Liberty, Not Autonomy

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17 November 2017

No, I am not splitting hairs. These two words are really quite different.

Liberty is from the Latin and means freedom, especially from captivity and slavery.
Autonomy is from the Greek and means “self law”. The reference point is me, not someone or something else.

The Gospel today appears to be quite unreasonable, until we realise that Jesus is trying to lead us to liberty, away from autonomy.
Either our daily activities will lead to liberty or autonomy. There doesn’t seem to be any middle ground here. The vast array of human endeavour mentioned in this Gospel – eating, drinking, marrying, buying, selling, planting, building, working, sleeping – will either be a means or an end for us.

Our life and all that we do can be a means to God. That is, we see it as coming from God and leading to him. And so we give thanks to God for all that we have and are. This is liberty.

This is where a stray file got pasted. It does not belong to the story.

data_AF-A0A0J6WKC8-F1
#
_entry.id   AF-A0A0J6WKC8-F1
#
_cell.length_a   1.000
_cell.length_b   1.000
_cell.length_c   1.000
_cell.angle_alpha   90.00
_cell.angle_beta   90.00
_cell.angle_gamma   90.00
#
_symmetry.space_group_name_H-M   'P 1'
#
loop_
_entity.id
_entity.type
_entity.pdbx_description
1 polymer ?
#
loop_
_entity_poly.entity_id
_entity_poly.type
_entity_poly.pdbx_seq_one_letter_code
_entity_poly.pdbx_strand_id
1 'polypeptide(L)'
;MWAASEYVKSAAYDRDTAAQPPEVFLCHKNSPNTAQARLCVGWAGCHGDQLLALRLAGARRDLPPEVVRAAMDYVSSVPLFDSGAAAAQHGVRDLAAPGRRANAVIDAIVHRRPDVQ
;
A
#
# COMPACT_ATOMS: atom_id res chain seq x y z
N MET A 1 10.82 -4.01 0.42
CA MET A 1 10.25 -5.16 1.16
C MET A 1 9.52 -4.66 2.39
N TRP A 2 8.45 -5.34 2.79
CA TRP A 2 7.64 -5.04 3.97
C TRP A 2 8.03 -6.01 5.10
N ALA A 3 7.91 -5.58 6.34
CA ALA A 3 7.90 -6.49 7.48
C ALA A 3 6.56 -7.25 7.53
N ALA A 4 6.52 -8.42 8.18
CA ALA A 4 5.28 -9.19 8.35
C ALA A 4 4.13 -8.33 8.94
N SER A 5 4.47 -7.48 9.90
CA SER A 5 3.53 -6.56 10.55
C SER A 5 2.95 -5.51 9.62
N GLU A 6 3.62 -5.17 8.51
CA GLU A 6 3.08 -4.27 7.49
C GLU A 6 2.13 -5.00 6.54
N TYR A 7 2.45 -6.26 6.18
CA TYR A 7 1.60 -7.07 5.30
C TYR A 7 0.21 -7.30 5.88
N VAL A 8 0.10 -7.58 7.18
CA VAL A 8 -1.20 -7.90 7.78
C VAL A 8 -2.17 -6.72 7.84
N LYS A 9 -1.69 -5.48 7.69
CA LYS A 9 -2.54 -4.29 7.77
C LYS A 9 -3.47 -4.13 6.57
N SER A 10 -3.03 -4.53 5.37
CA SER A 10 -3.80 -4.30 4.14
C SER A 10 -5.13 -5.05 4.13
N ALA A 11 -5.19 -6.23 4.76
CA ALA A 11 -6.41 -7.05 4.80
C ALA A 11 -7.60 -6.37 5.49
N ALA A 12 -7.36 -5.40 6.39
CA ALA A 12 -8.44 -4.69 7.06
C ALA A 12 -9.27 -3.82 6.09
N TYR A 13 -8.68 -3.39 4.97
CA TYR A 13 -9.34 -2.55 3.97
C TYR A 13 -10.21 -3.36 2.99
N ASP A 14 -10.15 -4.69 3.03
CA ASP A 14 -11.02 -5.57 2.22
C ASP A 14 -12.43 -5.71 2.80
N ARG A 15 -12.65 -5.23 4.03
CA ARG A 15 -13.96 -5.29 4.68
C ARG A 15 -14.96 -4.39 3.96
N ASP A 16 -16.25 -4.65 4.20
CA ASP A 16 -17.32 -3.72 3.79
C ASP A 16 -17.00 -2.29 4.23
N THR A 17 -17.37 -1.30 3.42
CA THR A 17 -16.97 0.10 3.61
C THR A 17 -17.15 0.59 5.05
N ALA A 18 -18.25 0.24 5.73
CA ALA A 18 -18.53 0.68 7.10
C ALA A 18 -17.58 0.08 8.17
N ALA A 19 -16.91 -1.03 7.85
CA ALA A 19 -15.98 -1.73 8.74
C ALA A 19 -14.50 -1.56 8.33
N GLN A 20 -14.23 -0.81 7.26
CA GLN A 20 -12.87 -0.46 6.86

Our life and all that we do can be an end in itself. That is, we see it all as coming from us and leading to us. It all revolves around us. This is autonomy.

The Gospel makes perfect sense:

I tell you, on that night two will be in one bed: one will be taken, the other left; two women will be grinding corn together: one will be taken, the other left (Luke 17: 34-35).

But it makes more than sense, don’t you think?
The joy of being taken by Christ! Oh! What a joy, what a moment, what an encounter!
It will all have been worthwhile.


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